“I remember finding Dungeons and Dragons in the summer of nineteen eighty-three.”

I remember finding Dungeons and Dragons in the summer of nineteen eighty-three. It was June and we were all, me and a group of friends, staying at my friend’s house who was having a birthday after school had gotten out for the year. There was like five or six boys doing the normal birthday goofy stuff in the eighties at night and then the next day when we woke up and had breakfast, they all were playing Dungeons and Dragons and I had not been exposed to it at all. Not — you know, like in eighty-three, it was pretty popular still, it was like, I think that was around the E T event and all that. But they laid out this map for this place called the World of Greyhawk and they had all these things and it was just kinda like whew. And that changed me forever, and I started marching, y’know, bought the books, learned the rules, started running my own games, sharing them with friends for almost forty years. So learning how to do all of that differently from systems that hit basically right as I was going into middle school, junior high, that was like hard printed in my psyche of how to run a Dungeons and Dragons game and now all of it was pretty much worthless. Not all of it, but, you know, ninety percent had to change, had to face change and getting through that process has been an exercise in focus.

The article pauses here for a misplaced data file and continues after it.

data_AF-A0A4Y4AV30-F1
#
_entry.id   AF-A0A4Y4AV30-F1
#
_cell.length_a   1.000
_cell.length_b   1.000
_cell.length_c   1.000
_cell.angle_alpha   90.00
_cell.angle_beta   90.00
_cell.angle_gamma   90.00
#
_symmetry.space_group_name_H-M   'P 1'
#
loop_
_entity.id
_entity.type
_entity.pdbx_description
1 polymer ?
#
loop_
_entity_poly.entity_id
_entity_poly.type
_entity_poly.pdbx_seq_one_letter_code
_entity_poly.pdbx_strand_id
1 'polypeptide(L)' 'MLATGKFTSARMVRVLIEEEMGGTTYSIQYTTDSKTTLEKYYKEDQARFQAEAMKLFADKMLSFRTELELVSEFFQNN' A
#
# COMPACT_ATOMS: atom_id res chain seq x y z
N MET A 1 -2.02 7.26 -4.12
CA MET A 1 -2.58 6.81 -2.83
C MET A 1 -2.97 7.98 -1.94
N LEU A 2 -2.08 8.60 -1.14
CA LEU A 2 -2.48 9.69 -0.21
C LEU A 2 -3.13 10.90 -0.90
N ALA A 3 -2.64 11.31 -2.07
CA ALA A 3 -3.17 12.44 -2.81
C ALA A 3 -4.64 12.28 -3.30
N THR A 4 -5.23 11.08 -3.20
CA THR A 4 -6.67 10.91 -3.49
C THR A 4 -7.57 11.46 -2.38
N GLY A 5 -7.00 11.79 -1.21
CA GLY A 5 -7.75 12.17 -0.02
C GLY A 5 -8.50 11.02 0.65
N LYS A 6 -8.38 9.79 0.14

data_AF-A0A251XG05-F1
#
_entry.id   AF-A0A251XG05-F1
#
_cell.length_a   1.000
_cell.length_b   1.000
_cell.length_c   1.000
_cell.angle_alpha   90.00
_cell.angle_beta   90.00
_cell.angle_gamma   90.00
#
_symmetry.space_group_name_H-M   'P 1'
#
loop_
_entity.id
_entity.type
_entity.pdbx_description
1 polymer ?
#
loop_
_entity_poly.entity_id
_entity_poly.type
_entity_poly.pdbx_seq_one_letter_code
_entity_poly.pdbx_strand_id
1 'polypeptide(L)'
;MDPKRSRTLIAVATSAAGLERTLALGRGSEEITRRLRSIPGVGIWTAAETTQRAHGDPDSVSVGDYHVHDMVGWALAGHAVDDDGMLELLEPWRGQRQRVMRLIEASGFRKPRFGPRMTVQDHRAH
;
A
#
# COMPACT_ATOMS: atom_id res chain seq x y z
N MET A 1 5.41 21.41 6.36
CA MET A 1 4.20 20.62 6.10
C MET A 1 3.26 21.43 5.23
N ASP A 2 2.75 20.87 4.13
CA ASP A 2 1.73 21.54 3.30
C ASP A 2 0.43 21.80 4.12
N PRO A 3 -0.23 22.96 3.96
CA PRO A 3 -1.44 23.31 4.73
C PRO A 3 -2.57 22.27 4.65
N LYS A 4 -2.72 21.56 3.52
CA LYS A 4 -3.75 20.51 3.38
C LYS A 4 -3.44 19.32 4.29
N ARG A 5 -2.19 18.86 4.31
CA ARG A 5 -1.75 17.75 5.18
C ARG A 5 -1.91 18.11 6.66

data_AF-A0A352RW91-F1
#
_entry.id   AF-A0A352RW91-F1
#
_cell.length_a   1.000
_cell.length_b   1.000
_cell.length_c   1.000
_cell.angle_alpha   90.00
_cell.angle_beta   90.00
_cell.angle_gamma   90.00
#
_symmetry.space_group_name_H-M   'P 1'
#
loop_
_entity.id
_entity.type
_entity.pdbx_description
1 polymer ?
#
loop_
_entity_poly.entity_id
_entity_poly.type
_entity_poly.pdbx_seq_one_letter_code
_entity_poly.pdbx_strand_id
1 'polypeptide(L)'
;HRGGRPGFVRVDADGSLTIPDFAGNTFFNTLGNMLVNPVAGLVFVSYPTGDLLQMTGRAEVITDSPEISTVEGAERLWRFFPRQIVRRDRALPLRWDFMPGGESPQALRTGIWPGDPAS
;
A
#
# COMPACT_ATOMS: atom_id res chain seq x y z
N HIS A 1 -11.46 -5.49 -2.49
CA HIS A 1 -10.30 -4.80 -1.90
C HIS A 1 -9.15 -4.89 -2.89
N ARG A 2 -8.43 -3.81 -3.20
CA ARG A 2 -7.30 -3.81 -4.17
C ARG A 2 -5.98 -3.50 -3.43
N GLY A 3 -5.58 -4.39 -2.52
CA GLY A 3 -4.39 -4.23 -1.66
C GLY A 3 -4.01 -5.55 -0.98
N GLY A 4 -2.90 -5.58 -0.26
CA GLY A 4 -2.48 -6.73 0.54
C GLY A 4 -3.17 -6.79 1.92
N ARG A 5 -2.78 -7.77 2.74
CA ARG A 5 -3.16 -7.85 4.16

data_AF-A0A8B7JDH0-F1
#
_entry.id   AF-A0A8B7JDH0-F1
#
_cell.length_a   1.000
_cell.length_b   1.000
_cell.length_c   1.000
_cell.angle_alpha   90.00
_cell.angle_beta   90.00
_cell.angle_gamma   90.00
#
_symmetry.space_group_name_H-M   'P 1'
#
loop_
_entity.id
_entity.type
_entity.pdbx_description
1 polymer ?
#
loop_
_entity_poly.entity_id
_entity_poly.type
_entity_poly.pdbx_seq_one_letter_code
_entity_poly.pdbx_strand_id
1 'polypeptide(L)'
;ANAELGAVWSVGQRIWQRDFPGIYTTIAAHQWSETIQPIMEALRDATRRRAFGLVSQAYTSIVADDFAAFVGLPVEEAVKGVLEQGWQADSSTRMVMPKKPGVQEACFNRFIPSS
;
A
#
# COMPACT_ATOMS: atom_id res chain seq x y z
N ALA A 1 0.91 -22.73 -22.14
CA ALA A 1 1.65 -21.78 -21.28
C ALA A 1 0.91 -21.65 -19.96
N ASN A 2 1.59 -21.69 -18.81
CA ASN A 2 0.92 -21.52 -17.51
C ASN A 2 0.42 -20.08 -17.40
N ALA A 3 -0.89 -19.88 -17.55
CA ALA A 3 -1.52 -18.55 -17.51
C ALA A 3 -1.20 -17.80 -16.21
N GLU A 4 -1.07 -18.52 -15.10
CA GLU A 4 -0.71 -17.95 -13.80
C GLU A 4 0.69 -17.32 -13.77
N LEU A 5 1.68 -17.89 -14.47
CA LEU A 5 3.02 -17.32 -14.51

Learning how the data is stored in the software and how to access it ad hoc, because Dungeons and Dragons is live improv. There might be a story in it like you start here and you hope you’ll end up here, but then the game starts happening and all the people are essentially improv artists playing the game. You just have rules systems to resolve tension sometimes like, you know, Indiana Jones, I take the idol off the altar and drop a bag of sand on it to prevent all the traps from going off, well that’s just a roll but everything else is improv. You can, you know, what if Indiana Jones just grabbed the idol of the golden head in that movie and ran with it, didn’t even bother trying to stop the traps. Doable. So, finding the resolution systems in the computer has been an exercise in focus of “I know what I want, where is it? Oh to heck with it. We’ll just — we’ll just do a Band-Aid and get around it.” Slowly but surely, by forcing focus and like “I know it does this, let’s make it do it,” into the game play with my friends remotely, we’ve been able to get the table back. It is a virtual tabletop.

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